A vase display at Yume Japanese Gardens of Tucson. Photo courtesy of Yume Japanese Gardens of Tucson.
Learn how to make your collection and institution accessible all year-round even if your primary audience is seasonal.
Are you based in a tourist location where shops close when the winter chill seeps through the coastal beaches, or does your town activate with the first snowfall?
Or, do you have consistent foot traffic throughout the year and are looking for ways to engage your audiences throughout the seasons?
Either way, this spotlight on Artwork Archive client Yume Japanese Gardens of Tucson is a helpful case study in cultural exchange and audience engagement with a small staff, limited resources, and a complex collection. We’ll cover digitization strategies (going from cardboard box to website) and ways to bolster your collection and its impact with research, funding and global exchange.
We welcome you to join us and take a journey into the spirit of Japan in Tucson, Arizona, as we sit down with Cristiana Bertoldi, Curator of the Yume Japanese Gardens of Tucson.
Yume Gardens provides a haven of greenery and tranquility for the Tucson community.
Yume Gardens is so much more than just a Japanese garden. If you land on their Google search listing you see – “Japanese art and culture, museum, tea ceremony, butoh dance, ikebana, kimono, scrolls.”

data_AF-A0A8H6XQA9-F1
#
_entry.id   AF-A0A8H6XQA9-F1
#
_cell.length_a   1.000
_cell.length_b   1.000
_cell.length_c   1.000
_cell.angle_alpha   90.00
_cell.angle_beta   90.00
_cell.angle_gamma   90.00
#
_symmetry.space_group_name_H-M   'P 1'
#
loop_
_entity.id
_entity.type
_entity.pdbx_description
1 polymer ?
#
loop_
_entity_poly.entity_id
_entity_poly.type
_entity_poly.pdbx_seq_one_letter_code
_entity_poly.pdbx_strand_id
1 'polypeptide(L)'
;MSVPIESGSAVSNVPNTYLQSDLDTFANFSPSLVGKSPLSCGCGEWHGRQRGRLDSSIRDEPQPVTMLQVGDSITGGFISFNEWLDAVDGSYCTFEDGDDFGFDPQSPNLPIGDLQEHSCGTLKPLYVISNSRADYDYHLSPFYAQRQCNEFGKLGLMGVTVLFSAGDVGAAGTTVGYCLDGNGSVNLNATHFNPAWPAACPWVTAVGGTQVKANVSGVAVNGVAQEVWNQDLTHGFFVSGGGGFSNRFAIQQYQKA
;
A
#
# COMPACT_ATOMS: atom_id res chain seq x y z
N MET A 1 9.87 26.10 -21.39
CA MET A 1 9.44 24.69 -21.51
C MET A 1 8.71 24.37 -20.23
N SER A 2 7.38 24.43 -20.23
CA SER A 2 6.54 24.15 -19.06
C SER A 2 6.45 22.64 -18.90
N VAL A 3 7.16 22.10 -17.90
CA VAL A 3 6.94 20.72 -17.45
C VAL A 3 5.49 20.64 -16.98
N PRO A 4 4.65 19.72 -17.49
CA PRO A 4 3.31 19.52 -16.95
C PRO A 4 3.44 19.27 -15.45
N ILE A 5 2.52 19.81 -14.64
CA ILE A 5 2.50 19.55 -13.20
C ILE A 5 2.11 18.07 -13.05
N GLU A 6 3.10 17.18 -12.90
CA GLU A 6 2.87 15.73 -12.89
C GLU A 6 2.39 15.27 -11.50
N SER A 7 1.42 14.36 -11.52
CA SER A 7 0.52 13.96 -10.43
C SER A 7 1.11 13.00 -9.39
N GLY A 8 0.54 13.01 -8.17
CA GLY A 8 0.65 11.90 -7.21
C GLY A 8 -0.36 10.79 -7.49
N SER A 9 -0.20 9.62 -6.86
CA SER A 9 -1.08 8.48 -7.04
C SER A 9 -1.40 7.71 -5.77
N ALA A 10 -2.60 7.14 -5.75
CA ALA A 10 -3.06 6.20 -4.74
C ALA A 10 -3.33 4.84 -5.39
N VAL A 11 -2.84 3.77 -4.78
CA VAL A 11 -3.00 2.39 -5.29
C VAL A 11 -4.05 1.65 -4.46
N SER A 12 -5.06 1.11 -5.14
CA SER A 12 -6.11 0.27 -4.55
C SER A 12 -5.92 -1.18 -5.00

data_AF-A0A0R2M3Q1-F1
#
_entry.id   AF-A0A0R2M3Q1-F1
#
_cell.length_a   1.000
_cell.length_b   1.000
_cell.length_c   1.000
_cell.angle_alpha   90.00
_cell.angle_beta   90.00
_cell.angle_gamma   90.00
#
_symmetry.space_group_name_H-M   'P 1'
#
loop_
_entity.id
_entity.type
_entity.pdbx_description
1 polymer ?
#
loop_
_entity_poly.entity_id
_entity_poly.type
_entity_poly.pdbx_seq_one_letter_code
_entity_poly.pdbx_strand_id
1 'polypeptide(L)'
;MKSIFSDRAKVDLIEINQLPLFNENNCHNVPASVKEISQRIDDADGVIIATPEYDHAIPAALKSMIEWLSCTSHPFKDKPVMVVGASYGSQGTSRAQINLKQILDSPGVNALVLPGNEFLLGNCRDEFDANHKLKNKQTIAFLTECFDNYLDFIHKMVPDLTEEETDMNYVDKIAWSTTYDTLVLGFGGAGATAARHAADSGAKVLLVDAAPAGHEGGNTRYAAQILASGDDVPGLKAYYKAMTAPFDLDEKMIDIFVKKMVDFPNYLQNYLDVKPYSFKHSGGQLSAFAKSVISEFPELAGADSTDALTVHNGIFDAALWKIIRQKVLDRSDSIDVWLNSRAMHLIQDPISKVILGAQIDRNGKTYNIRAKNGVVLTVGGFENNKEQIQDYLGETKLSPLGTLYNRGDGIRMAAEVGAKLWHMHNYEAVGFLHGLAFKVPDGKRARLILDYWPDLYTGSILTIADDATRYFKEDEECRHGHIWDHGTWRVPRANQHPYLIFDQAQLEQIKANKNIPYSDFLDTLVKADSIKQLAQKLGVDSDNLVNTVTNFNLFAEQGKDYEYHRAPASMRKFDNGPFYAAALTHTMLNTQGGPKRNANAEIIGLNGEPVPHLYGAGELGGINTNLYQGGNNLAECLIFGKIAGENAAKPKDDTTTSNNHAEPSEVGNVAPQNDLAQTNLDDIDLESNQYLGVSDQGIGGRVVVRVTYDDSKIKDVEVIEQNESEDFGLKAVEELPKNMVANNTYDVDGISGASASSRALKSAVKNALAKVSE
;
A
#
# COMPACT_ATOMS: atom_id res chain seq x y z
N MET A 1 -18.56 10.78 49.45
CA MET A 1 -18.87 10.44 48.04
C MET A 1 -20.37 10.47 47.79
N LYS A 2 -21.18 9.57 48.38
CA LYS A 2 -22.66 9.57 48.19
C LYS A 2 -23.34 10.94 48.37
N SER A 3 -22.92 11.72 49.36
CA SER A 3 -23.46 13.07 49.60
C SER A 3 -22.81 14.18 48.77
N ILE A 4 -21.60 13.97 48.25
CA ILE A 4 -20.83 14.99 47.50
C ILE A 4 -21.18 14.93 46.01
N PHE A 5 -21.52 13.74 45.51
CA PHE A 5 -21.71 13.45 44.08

Patricia Deridder founded the Gardens in 2013 with the intent to bring Japanese heritage to Arizona. The nonprofit brings Japanese culture to viewers in various ways: through their curated gardens, museum collections and art gallery, educational workshops and classes, production of Japanese festivals and ceremonies, and their healing programs.
Thanks to the active collecting of their founder and executive director, Deridder, Yume Gardens has a diverse collection of Japanese objects dating back to the 1800s. The collection spans from kimonos to scrolls to paintings to lacquer pieces to arts and crafts – everyday objects.
Seasonal shifts: connecting with snowbirds
Many Boomers flock to Arizona during the winter months for the warm weather and reprieve from the harsh elements of their coastal homes. Like many vacation locations, Tucson has the challenge and opportunity of a temporary and migratory audience.
“Tucson is a special geographic area. We have a lot of snowbirds coming from the north. They are here from December through March and then they leave,” contributes Cristiana.
Yume Gardens offers exceptional in-person experiences with their events and transformative Path to Emotional Healing Program, which consists of structured therapeutic garden walks.
But in order to be sustainable beyond the snowbird months, Yume Gardens must keep their communities engaged from afar.